Accordingly, when the composite pulse 25 has ended, the value of φzg is non-zero, and it remains non-zero throughout the time interval 13 wherein the spin echo 3 is sampled. The amplitude waveforms for φxg and φyg for isochromat no. 3 are as they appear in FIG. 2.
While the above description has been given with respect to a CPMG-like sequence wherein the time reversal pulses are intended to have nutation angles of 180°, there may be applications in which the time reversal pulses are intentionally set to an angle θ different from 180°. In such cases, the prior art ghosts are produced by the same mechanism described above for imperfect 180°pulses since the θ pulse decomposition into 0°, 90°, and 180° components still holds true even when the pulses are ideal (exactly θ everywhere within the subject volume of interest). Therefore, the inventive method is effective for arbitrary angle time reversal pulses, whether intended to be 180° or not.
FIG. 7 is a simplified block diagram of the major components of an NMR imaging system suitable for use with the NMR pulse sequences of the invention described herein. The system, generally designated 400, is made up of a general purpose mini-computer 401 which is functionally coupled to disk storage unit 403 and an interface unit 405. An RF transmitter 402, signal averager 404, and gradient power supplies 406, 408, and 410 for energizing, respectively, x, y, z gradient coils 416, 418, and 420 are coupled to computer 401 through interface unit 405.
RF transmitter 402 is gated with pulse envelopes from computer 401 to generate RF pulses having the required modulation to excite resonance in the object under study. The RF pulses are amplified in RF power amplifier 412 to levels varying from 100 watts to several kilowatts, depending on the imaging method, and applied to transmitter coil 424. The higher power levels are necessary for large sample volumes such as in whole body imaging, and where short duration pulses are required to excite large NMR frequency bandwidths.
The NMR signal is sensed by receiver coil 426, amplified in a low noise preamplifier 422, and applied for further amplification, detection, and filtering to receiver 414. The signal is then digitized for averaging by signal averager 404 and for processing by computer 401. Preamplifier 422 and receiver 414 are protected from the RF pulses during transmission by active gating or by passive filtering.
Computer 401 provides gating and envelope modulation for the NMR pulses described herein, blanking for the preamplifier and RF power amplifier, and voltage waveforms for the gradient power supplies. The computer also performs data processing such as Fourier transforms, image reconstruction, data filtering, imaging display, and storage functions, all of which are operations conventionally performed by minicomputers and hence described herein only functionally.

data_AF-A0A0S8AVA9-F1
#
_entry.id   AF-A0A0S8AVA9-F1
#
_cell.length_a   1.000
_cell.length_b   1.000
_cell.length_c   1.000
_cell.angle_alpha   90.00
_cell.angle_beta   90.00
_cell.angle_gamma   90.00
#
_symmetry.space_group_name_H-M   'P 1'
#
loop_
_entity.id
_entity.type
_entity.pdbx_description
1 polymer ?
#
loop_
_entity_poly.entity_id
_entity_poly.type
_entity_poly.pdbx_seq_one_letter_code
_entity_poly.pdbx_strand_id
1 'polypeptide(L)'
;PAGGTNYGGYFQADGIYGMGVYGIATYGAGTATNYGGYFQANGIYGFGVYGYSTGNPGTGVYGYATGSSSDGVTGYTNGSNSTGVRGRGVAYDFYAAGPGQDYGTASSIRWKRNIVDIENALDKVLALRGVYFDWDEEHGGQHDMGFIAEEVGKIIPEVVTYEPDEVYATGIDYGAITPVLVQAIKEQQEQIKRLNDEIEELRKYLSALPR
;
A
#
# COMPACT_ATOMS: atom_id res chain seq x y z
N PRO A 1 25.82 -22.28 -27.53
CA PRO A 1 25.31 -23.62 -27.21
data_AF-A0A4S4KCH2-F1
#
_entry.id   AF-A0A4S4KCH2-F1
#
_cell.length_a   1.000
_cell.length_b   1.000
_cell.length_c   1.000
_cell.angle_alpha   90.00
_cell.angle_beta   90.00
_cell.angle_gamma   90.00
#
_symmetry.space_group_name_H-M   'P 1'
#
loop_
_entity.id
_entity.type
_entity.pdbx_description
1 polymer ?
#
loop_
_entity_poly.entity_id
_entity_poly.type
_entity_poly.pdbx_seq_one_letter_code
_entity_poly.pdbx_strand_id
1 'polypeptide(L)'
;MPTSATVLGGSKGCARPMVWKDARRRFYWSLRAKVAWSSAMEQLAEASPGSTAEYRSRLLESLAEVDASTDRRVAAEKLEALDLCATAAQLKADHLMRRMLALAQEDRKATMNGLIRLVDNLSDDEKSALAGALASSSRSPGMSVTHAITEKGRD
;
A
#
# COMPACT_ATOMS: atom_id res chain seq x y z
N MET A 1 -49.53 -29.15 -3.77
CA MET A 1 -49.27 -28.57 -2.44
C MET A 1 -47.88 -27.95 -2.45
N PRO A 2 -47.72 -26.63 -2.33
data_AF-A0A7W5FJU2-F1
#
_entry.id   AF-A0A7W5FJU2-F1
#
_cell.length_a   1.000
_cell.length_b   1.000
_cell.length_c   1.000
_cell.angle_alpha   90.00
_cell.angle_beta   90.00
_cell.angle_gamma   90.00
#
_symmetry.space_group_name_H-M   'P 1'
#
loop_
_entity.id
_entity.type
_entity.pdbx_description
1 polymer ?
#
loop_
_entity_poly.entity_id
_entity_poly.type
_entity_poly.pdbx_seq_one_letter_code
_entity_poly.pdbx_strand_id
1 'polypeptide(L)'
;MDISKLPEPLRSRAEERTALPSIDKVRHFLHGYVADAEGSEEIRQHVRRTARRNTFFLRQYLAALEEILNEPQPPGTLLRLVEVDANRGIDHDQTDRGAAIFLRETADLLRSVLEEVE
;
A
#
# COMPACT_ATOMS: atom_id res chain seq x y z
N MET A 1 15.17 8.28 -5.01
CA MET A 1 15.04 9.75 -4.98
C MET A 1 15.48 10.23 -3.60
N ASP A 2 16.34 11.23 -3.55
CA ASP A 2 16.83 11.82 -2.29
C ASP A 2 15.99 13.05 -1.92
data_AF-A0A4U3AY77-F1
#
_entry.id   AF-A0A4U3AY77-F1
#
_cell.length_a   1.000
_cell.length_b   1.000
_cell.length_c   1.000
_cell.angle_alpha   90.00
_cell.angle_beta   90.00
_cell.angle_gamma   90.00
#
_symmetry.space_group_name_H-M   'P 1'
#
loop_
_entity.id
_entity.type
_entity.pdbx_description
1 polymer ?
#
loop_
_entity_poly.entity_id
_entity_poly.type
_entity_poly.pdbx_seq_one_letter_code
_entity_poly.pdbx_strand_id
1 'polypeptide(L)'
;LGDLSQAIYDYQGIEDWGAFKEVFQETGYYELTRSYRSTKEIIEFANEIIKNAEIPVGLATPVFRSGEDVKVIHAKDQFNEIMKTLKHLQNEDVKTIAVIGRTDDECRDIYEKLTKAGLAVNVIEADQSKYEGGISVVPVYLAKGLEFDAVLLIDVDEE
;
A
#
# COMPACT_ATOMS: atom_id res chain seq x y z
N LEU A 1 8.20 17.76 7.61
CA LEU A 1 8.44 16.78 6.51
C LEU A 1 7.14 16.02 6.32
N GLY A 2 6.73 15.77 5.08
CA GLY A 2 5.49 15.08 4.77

The transmitter and receiver RF coils, if desired, may comprise a single coil. Alternatively, two separate coils that are electrically orthogonal may be used. The latter configuration has the advantage of reduced RF pulse breakthrough into the receiver during pulse transmission. In both cases, the fields of the coils are orthogonal to the direction of the static magnetic field Bo produced by magnet 428 (FIG. 7). The coils are isolated from the remainder of the system by enclosure in an RF shielded cage. The coils produce RF magnetic fields in the x direction.
Magnetic field gradient coils 416, 418, and 420 (FIG. 7) are necessary to provide gradients Gx, Gy, and Gz, respectively. In the imaging pulse sequences described herein, the gradients should be monotonic and linear over the sample volume.
From the foregoing, it will be apparent that the NMR pulse sequences in accordance with the invention provide improved NMR methods which eliminate the effects of spurious signals produced by imperfect 180° RF pulses. While this invention has been described with reference to particular embodiments and examples, other modifications and variations will occur to those skilled in the art in view of the above teachings. Accordingly, it should be understood that within the scope of the appended claims the invention may be practiced otherwise than is specifically described.
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Year of fee payment: 4
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Effective date: 19951227